Eric Boehm thought he knew what state
parks had to offer: leafy campgrounds, wooden picnic tables and, of
course, plenty of outdoor activities. Then, in April of this year,
as regional manager and meeting planner for Maryville, Tenn.-based
Clayton Homes, he helped organize a conference for a home-mortgage
company at Lake Guntersville State Park in Alabama. “Our experience
was not at all what I expected,” he says. “I was really blown
What Boehm found was surprisingly
high-end accommodations, fully equipped meeting space and
resort-style recreation -- at bargain rates to boot.
Following is a sampling of state parks
that cater to planners and participants who appreciate a venue
that’s offbeat -- yet right on the beaten path.
Lake Guntersville State
(256) 571-5440, (800) 548-4553
“I spend half my life in hotels,”
Clayton Homes’ Eric Boehm notes, “and I can definitely say that the
rooms at Lake Guntersville were just as good as the Marriotts and
Hiltons I’ve stayed at.”
The park offers a variety of
accommodations at reasonable rates, including 20 chalets (starting
at $125 per night) on a bluff overlooking a 69,000-acre reservoir,
15 lakeside cottages (also from $125), and 112 rooms and suites
(from $96) at the sprawling Guntersville State Park Lodge.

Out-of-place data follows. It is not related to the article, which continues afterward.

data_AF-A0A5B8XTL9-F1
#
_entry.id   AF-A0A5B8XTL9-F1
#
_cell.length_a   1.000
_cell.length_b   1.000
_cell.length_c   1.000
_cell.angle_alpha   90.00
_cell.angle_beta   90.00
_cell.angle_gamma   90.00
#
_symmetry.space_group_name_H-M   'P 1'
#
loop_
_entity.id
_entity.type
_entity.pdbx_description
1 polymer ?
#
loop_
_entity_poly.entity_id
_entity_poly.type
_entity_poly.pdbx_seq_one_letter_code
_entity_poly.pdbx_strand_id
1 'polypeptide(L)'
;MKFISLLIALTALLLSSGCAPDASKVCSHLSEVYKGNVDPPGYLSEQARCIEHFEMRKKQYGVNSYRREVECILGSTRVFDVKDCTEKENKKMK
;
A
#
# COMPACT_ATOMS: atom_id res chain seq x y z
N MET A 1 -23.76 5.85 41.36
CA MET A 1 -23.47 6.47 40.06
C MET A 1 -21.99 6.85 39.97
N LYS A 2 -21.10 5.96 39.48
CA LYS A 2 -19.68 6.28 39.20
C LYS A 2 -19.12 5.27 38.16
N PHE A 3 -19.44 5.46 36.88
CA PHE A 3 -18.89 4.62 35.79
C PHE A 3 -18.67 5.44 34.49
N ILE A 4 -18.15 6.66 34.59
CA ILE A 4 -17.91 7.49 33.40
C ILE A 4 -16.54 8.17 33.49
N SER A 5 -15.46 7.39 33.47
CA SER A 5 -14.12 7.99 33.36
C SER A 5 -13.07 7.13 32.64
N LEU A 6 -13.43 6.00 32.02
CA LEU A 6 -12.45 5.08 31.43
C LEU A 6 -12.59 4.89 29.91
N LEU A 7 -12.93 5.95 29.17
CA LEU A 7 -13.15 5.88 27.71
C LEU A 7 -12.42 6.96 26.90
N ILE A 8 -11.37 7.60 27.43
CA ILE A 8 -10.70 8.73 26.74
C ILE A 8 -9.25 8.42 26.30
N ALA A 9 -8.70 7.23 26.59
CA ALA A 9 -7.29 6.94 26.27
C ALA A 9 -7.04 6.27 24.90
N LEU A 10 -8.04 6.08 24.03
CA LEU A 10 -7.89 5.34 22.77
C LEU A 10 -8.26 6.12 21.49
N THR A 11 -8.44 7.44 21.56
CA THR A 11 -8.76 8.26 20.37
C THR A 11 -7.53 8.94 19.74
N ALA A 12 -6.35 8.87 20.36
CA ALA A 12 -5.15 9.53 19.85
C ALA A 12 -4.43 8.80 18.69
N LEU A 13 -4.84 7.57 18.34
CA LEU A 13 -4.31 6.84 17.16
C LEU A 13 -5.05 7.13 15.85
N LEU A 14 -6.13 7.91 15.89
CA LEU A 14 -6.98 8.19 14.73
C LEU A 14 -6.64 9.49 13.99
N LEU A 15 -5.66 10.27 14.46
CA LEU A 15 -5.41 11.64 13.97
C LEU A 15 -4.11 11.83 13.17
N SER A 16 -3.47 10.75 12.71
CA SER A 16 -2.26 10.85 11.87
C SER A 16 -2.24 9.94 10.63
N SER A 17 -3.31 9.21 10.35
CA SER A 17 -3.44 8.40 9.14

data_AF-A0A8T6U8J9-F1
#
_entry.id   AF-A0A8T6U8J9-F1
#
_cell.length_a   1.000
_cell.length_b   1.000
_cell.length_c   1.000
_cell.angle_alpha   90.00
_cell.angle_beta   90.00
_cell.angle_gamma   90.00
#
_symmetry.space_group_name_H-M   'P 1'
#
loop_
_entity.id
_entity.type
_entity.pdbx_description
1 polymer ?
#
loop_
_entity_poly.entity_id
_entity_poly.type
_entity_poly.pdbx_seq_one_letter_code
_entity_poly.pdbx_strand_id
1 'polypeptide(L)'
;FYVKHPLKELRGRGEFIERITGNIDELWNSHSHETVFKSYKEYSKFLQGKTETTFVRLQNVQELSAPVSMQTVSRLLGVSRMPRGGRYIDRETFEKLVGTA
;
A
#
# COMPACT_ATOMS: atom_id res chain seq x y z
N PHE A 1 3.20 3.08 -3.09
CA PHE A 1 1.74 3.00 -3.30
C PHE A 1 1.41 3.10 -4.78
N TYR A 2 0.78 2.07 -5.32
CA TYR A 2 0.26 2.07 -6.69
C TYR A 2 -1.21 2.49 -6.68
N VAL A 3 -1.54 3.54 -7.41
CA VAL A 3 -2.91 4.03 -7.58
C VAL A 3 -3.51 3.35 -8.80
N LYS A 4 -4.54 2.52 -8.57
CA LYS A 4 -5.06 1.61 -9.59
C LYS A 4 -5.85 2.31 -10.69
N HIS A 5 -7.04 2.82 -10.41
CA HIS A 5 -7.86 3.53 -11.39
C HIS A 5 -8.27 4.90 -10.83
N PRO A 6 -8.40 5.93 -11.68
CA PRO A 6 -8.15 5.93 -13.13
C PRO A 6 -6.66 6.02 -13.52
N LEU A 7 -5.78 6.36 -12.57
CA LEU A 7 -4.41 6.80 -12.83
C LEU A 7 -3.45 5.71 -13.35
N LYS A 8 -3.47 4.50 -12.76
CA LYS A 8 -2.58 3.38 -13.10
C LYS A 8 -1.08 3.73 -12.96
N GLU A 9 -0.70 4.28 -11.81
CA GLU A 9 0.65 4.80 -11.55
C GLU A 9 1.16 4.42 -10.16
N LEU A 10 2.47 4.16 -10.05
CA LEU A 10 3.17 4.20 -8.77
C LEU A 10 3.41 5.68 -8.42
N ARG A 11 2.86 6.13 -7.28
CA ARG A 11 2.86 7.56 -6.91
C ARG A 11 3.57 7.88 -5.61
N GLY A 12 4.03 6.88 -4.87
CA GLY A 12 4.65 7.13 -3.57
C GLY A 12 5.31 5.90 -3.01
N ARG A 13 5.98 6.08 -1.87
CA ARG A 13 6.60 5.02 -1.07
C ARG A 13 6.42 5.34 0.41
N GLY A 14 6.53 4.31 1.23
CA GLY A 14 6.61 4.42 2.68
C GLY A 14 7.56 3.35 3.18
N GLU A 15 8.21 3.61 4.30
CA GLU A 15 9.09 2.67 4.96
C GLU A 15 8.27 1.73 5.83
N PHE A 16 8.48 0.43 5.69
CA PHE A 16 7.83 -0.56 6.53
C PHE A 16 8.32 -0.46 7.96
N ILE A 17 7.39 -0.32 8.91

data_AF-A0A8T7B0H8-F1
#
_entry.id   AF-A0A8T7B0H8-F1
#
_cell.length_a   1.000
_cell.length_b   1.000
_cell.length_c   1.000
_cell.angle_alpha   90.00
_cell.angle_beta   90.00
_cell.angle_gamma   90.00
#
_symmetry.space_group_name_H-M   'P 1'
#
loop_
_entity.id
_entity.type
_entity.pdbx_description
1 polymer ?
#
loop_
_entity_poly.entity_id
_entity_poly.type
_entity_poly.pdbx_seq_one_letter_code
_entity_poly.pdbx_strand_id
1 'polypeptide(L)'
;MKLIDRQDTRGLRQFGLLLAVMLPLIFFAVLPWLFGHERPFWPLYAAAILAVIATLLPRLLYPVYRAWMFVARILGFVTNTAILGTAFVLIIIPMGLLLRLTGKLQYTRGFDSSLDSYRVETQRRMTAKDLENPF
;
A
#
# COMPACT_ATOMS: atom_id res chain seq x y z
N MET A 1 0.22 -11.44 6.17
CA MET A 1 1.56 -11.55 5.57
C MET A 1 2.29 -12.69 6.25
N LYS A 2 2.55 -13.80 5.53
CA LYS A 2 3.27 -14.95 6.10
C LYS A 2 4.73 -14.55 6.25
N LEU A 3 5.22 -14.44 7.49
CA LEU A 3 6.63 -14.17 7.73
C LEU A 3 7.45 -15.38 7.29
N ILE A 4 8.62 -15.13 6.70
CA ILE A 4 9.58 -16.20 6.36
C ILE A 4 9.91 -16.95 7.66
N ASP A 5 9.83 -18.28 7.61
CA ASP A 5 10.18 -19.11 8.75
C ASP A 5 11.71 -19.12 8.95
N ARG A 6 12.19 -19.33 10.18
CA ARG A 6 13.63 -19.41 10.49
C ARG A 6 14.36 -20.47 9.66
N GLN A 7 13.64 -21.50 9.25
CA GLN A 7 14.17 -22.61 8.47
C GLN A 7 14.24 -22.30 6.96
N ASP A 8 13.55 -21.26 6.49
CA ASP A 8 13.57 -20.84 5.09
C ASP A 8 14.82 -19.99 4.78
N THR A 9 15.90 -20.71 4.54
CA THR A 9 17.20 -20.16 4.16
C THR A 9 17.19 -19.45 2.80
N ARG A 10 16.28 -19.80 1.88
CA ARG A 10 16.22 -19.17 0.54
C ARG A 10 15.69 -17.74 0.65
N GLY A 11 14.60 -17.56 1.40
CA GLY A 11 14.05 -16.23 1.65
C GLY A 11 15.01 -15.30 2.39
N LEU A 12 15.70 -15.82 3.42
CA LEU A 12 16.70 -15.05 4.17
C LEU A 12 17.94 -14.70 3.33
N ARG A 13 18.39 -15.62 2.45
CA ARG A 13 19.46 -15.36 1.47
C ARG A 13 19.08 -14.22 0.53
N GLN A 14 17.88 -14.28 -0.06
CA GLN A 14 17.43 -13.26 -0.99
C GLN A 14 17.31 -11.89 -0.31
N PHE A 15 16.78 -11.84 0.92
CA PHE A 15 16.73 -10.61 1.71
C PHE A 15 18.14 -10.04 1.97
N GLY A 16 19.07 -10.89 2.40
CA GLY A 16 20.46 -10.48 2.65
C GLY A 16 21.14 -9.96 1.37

In the lodge are eight meeting rooms,
most featuring wireless Internet and a full complement of A/V
resources, accommodating from 14 to 500 attendees.
Boehm’s group spent two days at the
park. On the first day, which was devoted to meetings, “we never
left the facility,” says Boehm. “We had everything we needed.” Day
two was spent enjoying the park’s recreational amenities, including
an 18-hole golf course, a beach complex, fishing and hiking.
Boehm was so impressed with the place
that he brought his own event, a sales managers’ meeting that he
plans twice a year, to the same location a few months later.
Hickory Knob State Resort Park
(864) 391-2450, (800) 491-1764
Louanne Ainsworth, convention planner
and chairperson for this year’s National Active and Retired Federal
Employees Association convention, took her group to Hickory Knob
State Resort Park this past April and was pleasantly surprised by
the site’s meeting facilities, accommodations and the wide range of
activities offered, such as tennis, archery and biking, all with
the picturesque backdrop of the 70,000-acre J. Strom Thurmond
Reservoir on the Savannah River.
The event completely broke with
precedent: It was first time the association had opted to meet
anywhere other than at a hotel. “In the past, we’ve had our
conventions at fairly upscale properties,” says Ainsworth. “But
when I learned that last year’s convention budget went over by
$5,000, I decided to look around for something more
Following an enthusiastic
recommendation from a colleague, Ainsworth decided to explore
Hickory Knob. “I wasn’t sure how well it would go over,” she
recalls, “but the meeting rooms, common areas in the lodge and
guest rooms were much nicer than we anticipated.”
During free time, participants enjoyed
activities in the spacious convention center area inside the lodge,
which was outfitted with TVs, Wi-Fi and pool tables. Outdoors,
attendees gladly spent their free time golfing, hiking or fishing
on the grounds.